Working closely with platform manufacturer Aibel, Dogger Bank Wind Farm will use an unmanned HVDC substation design – a world-first, slashing weight and cost. Upon first installation in Dogger Bank A during 2023, the project’s HVDC facility will also become the largest-ever at 1.2GW, marking a tremendous scale up from the previous industry benchmark of 0.8GW (pict.: Aibel)
When complete in 2026 the wind farm will become the biggest in the world, able to produce enough electricity to power around 5% of the UK’s electricity demand. It will be constructed over 130km out to sea, where wind speeds are higher and more consistent than near to the shore. A joint venture between SSE Renewables, Equinor and Eni, SSE Renewables is leading on the construction and delivery of Dogger Bank Wind Farm. Equinor will operate Dogger Bank Wind Farm on completion for its lifetime of up to 35 years.
Dogger Bank will be the first offshore wind project in the UK to use HVDC technology to transmit the electricity produced back to shore, ensuring that the electricity is transmitted efficiently over long distances while minimising losses. Upon first installation in Dogger Bank A during 2023, the project’s HVDC facility will also become the largest-ever at 1.2GW, marking a tremendous scale up from the previous industry benchmark of 0.8GW. “We’ve committed to build this project with record low CfD strike prices and the associated benefits this provides to UK electricity consumers. We will do this by using the latest technologies to ensure we build and operate the wind farm efficiently, while achieving the highest standards in safety. In order to build this complex infrastructure project competitively, whilst introducing a new technical solution here in the UK, the Dogger Bank project team needed to drive a huge step change in design,” said Steve Wilson, Project Director of Dogger Bank Wind Farm.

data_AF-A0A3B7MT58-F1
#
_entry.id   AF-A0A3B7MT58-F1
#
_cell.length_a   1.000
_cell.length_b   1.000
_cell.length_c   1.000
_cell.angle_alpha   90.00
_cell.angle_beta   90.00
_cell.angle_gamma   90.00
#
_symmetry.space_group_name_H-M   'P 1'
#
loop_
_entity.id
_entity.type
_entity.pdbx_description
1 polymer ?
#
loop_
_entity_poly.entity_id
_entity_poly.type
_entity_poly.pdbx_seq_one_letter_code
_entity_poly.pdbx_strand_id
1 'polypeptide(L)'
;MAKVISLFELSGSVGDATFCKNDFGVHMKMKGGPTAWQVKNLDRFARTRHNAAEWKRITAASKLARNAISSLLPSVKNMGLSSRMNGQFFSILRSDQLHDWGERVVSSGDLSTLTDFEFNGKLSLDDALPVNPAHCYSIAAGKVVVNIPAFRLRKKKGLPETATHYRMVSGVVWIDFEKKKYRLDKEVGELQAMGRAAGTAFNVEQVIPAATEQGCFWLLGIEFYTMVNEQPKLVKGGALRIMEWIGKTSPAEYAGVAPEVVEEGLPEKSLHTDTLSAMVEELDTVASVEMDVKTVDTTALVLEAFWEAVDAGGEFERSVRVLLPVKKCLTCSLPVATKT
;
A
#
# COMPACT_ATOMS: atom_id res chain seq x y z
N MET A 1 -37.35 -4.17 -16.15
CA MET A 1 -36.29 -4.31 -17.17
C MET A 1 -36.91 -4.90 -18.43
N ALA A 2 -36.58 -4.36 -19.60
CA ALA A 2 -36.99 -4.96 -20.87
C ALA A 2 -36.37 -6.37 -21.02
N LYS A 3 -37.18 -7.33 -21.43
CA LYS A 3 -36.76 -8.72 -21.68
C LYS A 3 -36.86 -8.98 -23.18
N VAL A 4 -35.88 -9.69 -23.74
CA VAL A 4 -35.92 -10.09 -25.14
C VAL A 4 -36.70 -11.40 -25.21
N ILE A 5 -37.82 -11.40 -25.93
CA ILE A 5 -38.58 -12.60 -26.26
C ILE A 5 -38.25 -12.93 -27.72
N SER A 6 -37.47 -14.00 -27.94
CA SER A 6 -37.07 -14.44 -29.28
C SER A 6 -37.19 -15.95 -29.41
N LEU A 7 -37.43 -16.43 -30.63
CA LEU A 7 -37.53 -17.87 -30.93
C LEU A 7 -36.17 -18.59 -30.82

Working closely with platform manufacturer Aibel, the Dogger Bank team were challenged to design the first unmanned offshore HVDC substation in the world. Removing the need for personnel to stay on the platform meant it was then possible to eliminate elements such as the living quarters, helideck and sewage systems, resulting in a 70% reduction in weight (per megawatt) of the topside compared to previous platforms installed, and cost savings of hundreds of millions of pounds (GBP).
Jon Kippenes, Offshore Platform Manager for Dogger Bank, was able to use his experience from years of working in Oil and Gas to drive forward the solution. He said: “Traditional methods have been effective at transmitting electricity from wind farms that are closer to shore, but with Dogger Bank being so far from shore, we chose to use HVDC as it is much more efficient to transfer electricity over long distances.
“As the first project to do this in the UK we were faced with potentially high costs and uncertainty, but by taking learnings from unmanned installation in Oil and Gas, and working closely with our supplier we have designed an innovative and safe platform with huge reductions in weight. This of course lowers the cost for this project, but also sets a new standard for offshore HVDC platforms. The Dogger Bank transmission concept was turned from being the project’s Achilles heel into a competitive edge.”
It is expected that re-use of design and execution method may give significant benefits to future HVDC projects of similar transmission capacity. Dogger Bank A and B is a joint venture between SSE Renewables (40%), Equinor (40%) and Eni (20%). Dogger Bank C is a 50:50 joint venture between SSE Renewables and Equinor.